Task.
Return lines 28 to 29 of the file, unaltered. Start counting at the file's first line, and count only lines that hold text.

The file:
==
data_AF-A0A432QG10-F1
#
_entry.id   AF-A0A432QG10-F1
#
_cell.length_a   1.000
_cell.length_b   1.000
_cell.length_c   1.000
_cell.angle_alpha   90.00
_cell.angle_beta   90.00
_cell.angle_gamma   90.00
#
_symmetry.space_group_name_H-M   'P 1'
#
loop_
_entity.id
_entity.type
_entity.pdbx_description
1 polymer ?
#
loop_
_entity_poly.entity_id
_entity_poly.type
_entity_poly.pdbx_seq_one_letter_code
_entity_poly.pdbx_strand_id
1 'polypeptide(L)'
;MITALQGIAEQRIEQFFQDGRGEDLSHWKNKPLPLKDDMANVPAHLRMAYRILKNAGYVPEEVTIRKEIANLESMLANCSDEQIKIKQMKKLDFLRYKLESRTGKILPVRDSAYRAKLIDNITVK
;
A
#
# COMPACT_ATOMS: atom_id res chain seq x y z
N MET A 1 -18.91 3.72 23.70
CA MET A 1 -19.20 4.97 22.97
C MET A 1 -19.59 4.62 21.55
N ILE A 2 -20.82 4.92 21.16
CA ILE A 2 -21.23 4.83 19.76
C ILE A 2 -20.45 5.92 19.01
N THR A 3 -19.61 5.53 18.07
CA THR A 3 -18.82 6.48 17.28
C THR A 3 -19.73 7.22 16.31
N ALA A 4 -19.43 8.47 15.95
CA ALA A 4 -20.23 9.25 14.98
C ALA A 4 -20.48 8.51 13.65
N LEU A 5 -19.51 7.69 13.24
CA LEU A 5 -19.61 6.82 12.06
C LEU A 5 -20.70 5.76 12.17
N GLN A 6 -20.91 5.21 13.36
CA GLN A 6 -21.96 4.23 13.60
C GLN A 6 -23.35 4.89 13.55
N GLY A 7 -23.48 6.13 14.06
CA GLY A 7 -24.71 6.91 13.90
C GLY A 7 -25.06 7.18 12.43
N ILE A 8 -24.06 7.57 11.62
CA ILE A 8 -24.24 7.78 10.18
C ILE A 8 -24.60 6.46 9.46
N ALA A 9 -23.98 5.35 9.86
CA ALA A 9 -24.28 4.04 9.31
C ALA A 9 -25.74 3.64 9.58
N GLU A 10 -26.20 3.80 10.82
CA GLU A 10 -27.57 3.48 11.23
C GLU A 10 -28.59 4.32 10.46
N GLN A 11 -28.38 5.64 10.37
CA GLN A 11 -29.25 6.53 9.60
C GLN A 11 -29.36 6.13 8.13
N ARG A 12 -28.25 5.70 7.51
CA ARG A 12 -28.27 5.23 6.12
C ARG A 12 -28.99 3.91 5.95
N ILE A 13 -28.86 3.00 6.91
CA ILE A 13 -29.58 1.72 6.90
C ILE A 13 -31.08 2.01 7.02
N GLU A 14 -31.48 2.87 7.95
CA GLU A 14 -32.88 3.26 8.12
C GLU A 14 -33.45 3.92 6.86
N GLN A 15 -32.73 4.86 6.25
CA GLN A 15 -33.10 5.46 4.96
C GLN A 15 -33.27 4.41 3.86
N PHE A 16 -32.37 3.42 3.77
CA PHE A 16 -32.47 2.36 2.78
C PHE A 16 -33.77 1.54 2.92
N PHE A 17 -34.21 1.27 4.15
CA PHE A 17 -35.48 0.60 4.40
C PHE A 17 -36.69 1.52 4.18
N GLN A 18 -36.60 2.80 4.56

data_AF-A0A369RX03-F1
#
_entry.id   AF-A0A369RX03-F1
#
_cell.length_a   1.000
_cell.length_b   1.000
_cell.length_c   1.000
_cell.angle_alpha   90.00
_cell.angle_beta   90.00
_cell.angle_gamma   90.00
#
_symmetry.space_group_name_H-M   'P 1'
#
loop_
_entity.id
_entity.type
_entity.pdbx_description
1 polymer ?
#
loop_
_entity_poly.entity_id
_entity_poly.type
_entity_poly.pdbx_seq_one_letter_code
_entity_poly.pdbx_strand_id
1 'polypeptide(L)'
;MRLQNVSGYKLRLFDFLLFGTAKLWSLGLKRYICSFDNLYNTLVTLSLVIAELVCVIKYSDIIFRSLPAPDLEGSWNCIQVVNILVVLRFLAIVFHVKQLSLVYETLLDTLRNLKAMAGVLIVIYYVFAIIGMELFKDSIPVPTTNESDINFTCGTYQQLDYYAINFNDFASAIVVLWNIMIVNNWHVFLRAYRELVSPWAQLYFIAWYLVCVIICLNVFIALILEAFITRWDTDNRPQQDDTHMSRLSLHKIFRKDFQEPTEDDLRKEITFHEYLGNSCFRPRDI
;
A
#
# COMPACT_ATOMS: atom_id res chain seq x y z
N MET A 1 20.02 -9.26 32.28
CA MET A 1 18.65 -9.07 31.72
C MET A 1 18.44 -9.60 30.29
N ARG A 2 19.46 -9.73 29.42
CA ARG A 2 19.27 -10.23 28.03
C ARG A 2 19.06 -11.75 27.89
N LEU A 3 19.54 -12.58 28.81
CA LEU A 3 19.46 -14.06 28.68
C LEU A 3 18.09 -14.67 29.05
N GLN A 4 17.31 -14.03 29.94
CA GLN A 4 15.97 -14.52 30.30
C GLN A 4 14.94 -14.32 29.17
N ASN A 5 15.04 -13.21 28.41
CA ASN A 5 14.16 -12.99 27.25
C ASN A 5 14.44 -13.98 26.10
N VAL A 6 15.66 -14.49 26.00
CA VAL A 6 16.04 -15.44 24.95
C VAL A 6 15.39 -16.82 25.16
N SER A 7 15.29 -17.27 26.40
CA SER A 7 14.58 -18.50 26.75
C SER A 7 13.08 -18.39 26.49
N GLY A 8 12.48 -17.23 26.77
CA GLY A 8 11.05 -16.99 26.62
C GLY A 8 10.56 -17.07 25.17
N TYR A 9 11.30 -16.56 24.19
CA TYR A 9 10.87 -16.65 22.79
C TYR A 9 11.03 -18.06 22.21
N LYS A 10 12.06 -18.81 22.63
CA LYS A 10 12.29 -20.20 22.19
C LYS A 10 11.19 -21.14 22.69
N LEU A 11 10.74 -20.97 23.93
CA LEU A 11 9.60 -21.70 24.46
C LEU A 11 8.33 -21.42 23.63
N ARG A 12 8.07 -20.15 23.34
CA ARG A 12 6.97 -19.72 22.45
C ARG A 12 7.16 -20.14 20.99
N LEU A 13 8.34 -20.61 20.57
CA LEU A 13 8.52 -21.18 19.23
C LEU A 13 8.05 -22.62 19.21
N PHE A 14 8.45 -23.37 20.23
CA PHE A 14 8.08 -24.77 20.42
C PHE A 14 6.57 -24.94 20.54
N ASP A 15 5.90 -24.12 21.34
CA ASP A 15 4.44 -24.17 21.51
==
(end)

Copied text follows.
A
#